The potential benefits and possible adverse impacts of increasing recharge to water quality based on different land and water management strategies needs to be determined, as well as how compatible that would be with the existing regulatory system, he said.  Regulatory permitting and legal water rights uncertainties need to be addressed with an emphasis on the public benefits or recharge and sustainability.

Increasing groundwater recharge through changing management practices is recognized as a major part of the solution, but it’s going to take everything to get our basins into sustainability,” Mr. Parker said.

Managed Aquifer Recharge (or MAR) is the purposeful recharge of an aquifer under controlled conditions to store the water for later extraction, or to achieve environmental benefits.  MAR requires five things:  source water, conveyance, a suitable receiving aquifer, water rights, and to satisfy the regulations.

Managed aquifer recharge is a tool to replenish aquifers and provide water supply security,” he said.  “It’s cheaper than many of the other new forms of water supply available, and it can replenish depleted aquifers, enhance groundwater dependent ecosystems and address environmental issues, avoid saline intrusion, mitigate land subsidence, and help offset the costs of flood control and recycled water in urban areas as well.”

What are the advantages of MAR over surface reservoirs?  Mr. Parker said MAR projects have a smaller impact on land use; there aren’t evaporative losses or algal blooms to deal with.  There is high natural attenuation; it dampens the quality and temperature, and lower costs.  MAR can also be scaled up over time, so you can start small and build it up so you don’t have to pay it all at one time.

There are challenges, too.  The aquifer must be suitable for the project.  Aquifers are not water tight; there can be losses in aquifers as well as many wells in it, and it can be hard to sort out.  Surrounding saline water may mix; there also can be reactions with source water with the groundwater and aquifer matrix.  Infiltration recovery rates can be limited by plugging, and there can be potentially higher operations and maintenance costs, he said.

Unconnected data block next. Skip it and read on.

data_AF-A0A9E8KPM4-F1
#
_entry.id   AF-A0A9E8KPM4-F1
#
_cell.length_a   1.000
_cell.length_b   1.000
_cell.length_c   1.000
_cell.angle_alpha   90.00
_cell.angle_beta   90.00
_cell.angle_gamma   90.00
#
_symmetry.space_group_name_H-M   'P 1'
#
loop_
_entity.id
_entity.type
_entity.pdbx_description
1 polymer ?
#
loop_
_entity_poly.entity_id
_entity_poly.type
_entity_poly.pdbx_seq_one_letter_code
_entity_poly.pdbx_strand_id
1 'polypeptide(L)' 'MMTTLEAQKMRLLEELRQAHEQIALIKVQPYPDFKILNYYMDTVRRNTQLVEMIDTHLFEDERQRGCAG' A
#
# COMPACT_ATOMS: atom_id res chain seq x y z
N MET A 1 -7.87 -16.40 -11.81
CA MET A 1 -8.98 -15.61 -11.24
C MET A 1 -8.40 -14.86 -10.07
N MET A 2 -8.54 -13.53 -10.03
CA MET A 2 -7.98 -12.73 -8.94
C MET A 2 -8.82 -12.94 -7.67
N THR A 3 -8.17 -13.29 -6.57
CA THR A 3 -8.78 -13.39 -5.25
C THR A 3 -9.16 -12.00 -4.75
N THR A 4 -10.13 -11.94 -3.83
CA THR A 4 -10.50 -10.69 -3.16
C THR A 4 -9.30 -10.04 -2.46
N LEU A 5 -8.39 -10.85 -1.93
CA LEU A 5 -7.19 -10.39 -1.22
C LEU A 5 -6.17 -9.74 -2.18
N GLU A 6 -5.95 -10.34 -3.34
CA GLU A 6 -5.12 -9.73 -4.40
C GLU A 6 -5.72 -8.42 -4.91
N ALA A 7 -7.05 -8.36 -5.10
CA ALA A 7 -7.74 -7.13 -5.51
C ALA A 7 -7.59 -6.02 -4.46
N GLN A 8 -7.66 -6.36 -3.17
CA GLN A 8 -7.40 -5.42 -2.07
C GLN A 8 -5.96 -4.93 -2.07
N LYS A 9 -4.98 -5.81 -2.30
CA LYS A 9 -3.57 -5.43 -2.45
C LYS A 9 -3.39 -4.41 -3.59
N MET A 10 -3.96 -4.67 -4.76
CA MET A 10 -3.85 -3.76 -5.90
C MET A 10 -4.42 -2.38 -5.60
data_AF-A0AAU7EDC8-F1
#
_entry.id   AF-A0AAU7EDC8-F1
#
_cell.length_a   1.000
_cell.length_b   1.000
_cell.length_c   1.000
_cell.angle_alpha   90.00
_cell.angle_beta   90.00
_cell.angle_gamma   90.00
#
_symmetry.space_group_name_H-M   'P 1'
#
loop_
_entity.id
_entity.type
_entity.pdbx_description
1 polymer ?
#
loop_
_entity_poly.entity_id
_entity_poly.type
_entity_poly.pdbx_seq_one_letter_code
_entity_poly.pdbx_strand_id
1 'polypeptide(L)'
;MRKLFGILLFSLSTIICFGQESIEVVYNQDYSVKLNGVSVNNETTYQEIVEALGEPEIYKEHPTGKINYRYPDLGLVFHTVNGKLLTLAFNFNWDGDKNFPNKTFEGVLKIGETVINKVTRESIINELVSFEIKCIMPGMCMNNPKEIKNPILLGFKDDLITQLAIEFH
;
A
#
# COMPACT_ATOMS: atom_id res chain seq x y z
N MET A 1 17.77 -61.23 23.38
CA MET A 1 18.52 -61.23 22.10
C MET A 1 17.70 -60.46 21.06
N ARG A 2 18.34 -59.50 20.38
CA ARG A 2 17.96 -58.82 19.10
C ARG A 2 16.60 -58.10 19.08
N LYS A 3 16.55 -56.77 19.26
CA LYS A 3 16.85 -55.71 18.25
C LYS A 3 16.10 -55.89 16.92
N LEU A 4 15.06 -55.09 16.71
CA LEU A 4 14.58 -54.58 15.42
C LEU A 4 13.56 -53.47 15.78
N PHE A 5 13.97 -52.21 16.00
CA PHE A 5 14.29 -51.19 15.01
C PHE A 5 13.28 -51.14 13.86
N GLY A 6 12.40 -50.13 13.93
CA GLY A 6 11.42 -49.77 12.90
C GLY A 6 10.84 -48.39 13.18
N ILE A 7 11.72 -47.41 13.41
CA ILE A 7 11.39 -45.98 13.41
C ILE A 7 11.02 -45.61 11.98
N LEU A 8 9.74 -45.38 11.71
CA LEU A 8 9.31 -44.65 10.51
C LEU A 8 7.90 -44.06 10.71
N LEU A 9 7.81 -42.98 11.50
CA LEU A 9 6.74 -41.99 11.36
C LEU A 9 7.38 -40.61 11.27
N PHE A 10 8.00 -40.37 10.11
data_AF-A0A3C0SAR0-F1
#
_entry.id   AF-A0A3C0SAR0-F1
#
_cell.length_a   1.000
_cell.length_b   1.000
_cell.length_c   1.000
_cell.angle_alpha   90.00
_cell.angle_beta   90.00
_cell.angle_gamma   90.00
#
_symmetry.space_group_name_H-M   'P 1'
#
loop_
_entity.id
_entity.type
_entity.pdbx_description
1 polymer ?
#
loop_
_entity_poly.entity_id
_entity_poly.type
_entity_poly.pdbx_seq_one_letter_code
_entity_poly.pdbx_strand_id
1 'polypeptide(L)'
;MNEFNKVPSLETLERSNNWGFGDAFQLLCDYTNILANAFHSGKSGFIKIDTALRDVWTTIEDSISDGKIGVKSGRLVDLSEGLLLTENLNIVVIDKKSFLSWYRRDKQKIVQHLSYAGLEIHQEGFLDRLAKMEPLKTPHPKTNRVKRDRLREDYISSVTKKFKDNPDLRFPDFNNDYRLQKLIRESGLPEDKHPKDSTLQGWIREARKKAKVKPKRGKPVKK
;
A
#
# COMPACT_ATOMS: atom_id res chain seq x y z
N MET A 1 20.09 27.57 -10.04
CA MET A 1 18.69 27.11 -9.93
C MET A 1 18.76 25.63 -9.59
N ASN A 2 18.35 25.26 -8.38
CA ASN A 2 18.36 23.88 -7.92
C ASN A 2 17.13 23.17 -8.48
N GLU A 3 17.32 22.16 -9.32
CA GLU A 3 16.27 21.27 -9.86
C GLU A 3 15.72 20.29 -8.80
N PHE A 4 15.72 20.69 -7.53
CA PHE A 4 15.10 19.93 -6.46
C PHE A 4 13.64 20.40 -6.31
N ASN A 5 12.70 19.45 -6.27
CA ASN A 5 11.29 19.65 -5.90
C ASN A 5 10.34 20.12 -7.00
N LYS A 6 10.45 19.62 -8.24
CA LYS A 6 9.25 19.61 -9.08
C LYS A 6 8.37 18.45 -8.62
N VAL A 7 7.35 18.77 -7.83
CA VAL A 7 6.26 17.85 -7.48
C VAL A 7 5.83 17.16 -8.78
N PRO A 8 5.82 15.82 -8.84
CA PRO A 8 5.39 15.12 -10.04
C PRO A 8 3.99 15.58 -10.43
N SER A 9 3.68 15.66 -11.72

Managed Aquifer Recharge (or MAR) is a proven and well demonstrated technology.  MAR projects are usually economical; they typically cost less than alternative water sources, and can be implemented in stages.  MAR projects can be implemented as mutually beneficial projects for environmental and water quality improvements, along with supply resiliency and security.  MAR projects are adaptable to different settings, opportunities, and constraints, including freshwater, brackish, or saline receiving aquifers; MAR projects can use drinking water, recycled water, stormwater, or groundwater as the source of water for recharge.  He noted that in some places, they are pumping it out of one aquifer and putting it into another.

The design of MAR projects is governed by the hydrologic setting and hydrology.  There can be infiltration using spreading basins; aquifer storage and recovery wells where one well puts water in and another well takes it out; or aquifer, storage, treatment, and recovery where if there is a long travel distance, you can get some treatment out of the aquifer.  There are dry wells, riverbank filtration, standard check dams, and distributed projects, including Flood MAR.  There is low impact development which uses a variety of distributed options to put water into the ground in urban settings.

With respect to design considerations, detailed hydrogeologic characterization is key.  Source and receiving water characterization is important; tests must be done because the project is going to put different water into the subsurface and it’s going to react – it can be a benefit or it can be negative.

Another challenge is clogging; whether it’s physical, chemical, mechanical, or biological, clogging can be managed that through design but you have to know what you’re designing for by doing detailed studies up front, he said.  There are treatments, such as strainers, filtration, microfiltration, disinfection, or chemicals.


Santa Clara Valley Water District

The Santa Clara Valley Water District is located in the southern part of the San Francisco Bay Area.  The district was formed to deal with land subsidence and flooding in the San Jose area due to overextraction or groundwater mining.  The District has nearly 400 acres of recharge ponds, 91 miles of controlled instream recharge, and they recharge approximately 100,000 acre-feet per year.

Sacramento Regional Water Authority